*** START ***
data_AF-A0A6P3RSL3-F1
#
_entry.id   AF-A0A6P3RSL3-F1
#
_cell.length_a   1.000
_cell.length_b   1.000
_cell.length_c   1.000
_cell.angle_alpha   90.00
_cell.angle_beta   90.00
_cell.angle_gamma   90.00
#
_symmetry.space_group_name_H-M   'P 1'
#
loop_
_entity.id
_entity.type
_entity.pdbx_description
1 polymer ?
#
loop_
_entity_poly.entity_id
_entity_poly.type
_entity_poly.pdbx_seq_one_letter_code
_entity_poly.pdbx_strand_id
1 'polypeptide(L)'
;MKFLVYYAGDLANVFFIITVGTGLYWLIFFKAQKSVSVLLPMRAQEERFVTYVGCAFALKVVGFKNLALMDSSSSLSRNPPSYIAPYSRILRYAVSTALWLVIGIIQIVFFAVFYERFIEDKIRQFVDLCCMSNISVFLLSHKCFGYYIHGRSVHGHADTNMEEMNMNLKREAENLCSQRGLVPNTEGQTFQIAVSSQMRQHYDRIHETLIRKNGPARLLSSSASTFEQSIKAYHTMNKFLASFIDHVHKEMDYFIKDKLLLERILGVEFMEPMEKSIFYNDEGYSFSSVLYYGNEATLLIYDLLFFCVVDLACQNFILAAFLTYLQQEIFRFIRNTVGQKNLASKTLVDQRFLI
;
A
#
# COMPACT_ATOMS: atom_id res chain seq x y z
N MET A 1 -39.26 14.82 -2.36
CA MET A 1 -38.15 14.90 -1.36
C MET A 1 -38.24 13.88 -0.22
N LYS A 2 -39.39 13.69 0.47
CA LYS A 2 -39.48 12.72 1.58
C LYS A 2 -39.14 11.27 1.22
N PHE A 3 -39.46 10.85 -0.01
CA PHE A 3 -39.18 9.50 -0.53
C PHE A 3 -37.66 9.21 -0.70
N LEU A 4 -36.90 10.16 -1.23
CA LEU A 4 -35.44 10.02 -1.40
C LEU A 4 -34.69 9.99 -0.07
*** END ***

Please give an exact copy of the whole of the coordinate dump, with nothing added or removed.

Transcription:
data_AF-A0A6P3RSL3-F1
#
_entry.id   AF-A0A6P3RSL3-F1
#
_cell.length_a   1.000
_cell.length_b   1.000
_cell.length_c   1.000
_cell.angle_alpha   90.00
_cell.angle_beta   90.00
_cell.angle_gamma   90.00
#
_symmetry.space_group_name_H-M   'P 1'
#
loop_
_entity.id
_entity.type
_entity.pdbx_description
1 polymer ?
#
loop_
_entity_poly.entity_id
_entity_poly.type
_entity_poly.pdbx_seq_one_letter_code
_entity_poly.pdbx_strand_id
1 'polypeptide(L)'
;MKFLVYYAGDLANVFFIITVGTGLYWLIFFKAQKSVSVLLPMRAQEERFVTYVGCAFALKVVGFKNLALMDSSSSLSRNPPSYIAPYSRILRYAVSTALWLVIGIIQIVFFAVFYERFIEDKIRQFVDLCCMSNISVFLLSHKCFGYYIHGRSVHGHADTNMEEMNMNLKREAENLCSQRGLVPNTEGQTFQIAVSSQMRQHYDRIHETLIRKNGPARLLSSSASTFEQSIKAYHTMNKFLASFIDHVHKEMDYFIKDKLLLERILGVEFMEPMEKSIFYNDEGYSFSSVLYYGNEATLLIYDLLFFCVVDLACQNFILAAFLTYLQQEIFRFIRNTVGQKNLASKTLVDQRFLI
;
A
#
# COMPACT_ATOMS: atom_id res chain seq x y z
N MET A 1 -39.26 14.82 -2.36
CA MET A 1 -38.15 14.90 -1.36
C MET A 1 -38.24 13.88 -0.22
N LYS A 2 -39.39 13.69 0.47
CA LYS A 2 -39.48 12.72 1.58
C LYS A 2 -39.14 11.27 1.22
N PHE A 3 -39.46 10.85 -0.01
CA PHE A 3 -39.18 9.50 -0.53
C PHE A 3 -37.66 9.21 -0.70
N LEU A 4 -36.90 10.16 -1.23
CA LEU A 4 -35.44 10.02 -1.40
C LEU A 4 -34.69 9.99 -0.07